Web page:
Faster Than Light

    Some physicists, unperturbed by ESSW, have embraced the Bohmian view all along and aren’t particularly surprised by what Steinberg and his team found. There have been many attacks on the Bohmian view over the years, and “they all fizzled out because they had misunderstood what the Bohm approach was actually claiming,” said Basil Hiley, a physicist at Birkbeck, University of London (formerly Birkbeck College), who collaborated with Bohm on his last book, The Undivided Universe. Owen Maroney, a physicist at the University of Oxford who was a student of Hiley’s, described ESSW as “a terrible argument” that “did not present a novel challenge to de Broglie–Bohm.” Not surprisingly, Maroney is excited by Steinberg’s experimental results, which seem to support the view he’s held all along. “It’s a very interesting experiment,” he said. “It gives a motivation for taking de Broglie–Bohm seriously.”

    On the other side of the Bohmian divide, Berthold-Georg Englert, one of the authors of ESSW (along with Marlan Scully, George Süssman and Herbert Walther), still describes their paper as a “fatal blow” to the Bohmian view. According to Englert, now at the National University of Singapore, the Bohm trajectories exist as mathematical objects but “lack physical meaning.”

    On a historical note, Einstein lived just long enough to hear about Bohm’s revival of de Broglie’s proposal—and he wasn’t impressed, dismissing it as too simplistic to be correct. In a letter to physicist Max Born, in the spring of 1952, Einstein weighed in on Bohm’s work:

    “Have you noticed that Bohm believes (as de Broglie did, by the way, 25 years ago) that he is able to interpret the quantum theory in deterministic terms? That way seems too cheap to me. But you, of course, can judge this better than I.”

    But even for those who embrace the Bohmian view, with its clearly defined particles moving along precise paths, questions remain. Topping the list is an apparent tension with special relativity, which prohibits faster-than-light communication. Of course, as physicists have long noted, nonlocality of the sort associated with quantum entanglement does not allow for faster-than-light signaling (thus incurring no risk of the grandfather paradox or other violations of causality). Even so, many physicists feel that more clarification is needed, especially given the prominent role of nonlocality in the Bohmian view. The apparent dependence of what happens here on what may be happening there cries out for an explanation.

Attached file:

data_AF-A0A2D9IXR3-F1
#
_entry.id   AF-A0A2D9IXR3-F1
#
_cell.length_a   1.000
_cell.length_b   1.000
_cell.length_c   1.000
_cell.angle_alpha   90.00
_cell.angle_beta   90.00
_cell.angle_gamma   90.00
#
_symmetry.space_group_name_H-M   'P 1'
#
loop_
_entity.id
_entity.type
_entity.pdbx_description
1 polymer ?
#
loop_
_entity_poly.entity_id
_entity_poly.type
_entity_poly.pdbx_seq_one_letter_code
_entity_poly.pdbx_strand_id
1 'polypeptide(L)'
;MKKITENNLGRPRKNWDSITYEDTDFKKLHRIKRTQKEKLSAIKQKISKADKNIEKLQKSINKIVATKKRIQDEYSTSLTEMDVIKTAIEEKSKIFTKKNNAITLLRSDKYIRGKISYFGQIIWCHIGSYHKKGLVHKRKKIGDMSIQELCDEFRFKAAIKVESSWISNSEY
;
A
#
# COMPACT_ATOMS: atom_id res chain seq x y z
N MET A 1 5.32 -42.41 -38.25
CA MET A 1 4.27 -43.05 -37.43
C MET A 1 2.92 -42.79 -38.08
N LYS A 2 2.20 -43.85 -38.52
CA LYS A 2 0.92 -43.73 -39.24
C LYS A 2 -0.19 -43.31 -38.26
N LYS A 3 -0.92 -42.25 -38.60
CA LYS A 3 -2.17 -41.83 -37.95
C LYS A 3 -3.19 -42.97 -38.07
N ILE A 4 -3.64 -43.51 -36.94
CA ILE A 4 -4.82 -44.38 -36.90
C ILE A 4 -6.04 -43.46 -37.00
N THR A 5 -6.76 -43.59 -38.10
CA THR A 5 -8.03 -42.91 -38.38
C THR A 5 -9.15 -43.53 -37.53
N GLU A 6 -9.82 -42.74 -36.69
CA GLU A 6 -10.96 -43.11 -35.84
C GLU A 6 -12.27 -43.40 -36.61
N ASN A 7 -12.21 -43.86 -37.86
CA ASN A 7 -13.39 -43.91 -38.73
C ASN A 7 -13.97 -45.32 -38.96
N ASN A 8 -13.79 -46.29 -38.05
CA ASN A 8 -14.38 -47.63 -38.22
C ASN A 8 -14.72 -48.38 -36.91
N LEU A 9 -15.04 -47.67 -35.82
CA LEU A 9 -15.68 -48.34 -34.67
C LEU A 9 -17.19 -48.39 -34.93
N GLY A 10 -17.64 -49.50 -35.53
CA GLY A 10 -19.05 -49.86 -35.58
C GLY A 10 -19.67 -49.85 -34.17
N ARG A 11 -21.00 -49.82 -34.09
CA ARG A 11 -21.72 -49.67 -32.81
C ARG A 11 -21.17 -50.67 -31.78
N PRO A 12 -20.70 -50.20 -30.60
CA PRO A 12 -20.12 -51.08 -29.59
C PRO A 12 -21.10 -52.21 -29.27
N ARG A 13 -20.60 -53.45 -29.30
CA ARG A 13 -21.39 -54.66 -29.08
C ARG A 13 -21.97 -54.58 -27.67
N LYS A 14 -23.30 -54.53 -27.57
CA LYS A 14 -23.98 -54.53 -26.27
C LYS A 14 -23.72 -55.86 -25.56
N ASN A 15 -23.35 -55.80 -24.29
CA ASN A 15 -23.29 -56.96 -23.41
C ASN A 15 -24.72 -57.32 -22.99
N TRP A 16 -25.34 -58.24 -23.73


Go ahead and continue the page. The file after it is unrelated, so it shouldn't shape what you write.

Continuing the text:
“The universe seems to like talking to itself faster than the speed of light,” said Steinberg. “I could understand a universe where nothing can go faster than light, but a universe where the internal workings operate faster than light, and yet we’re forbidden from ever making use of that at the macroscopic level—it’s very hard to understand.”

    *Science paper:
    Experimental nonlocal and surreal Bohmian trajectories

    **Science paper:
    Surrealistic Bohm Trajectories

    See the full article here .

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  • richardmitnick 8:45 am on May 8, 2016 Permalink | Reply
    Tags: "Physics: Material to meaning", , , , Quantum Mechanics, Robert P. Crease, Sean Carroll   

    From Nature: “Physics: Material to meaning” Book Review 

    Nature Mag
    Nature

    Published online:
    04 May 2016
    Robert P. Crease

    Robert P. Crease assesses Sean Carroll’s attempt to construct morality out of quantum field theory.

    I don’t think I have ever read anything with a bigger ambition than The Big Picture, physicist Sean Carroll’s latest book.

    1
    The Big Picture: On the Origins of Life, Meaning, and the Universe Itself
    Sean Carroll Dutton: 2016. ISBN: 9780525954828

    Physics, Carroll writes, gives us a complete picture of the foundations of nature. Although that view has had an enormous impact on cosmology, materials science and other scientific fields, its implications for meaning and morality have yet to be determined. “Our values,” writes Carroll, “have not yet caught up to our best ontology.” In this book, he conducts a quest to catch up.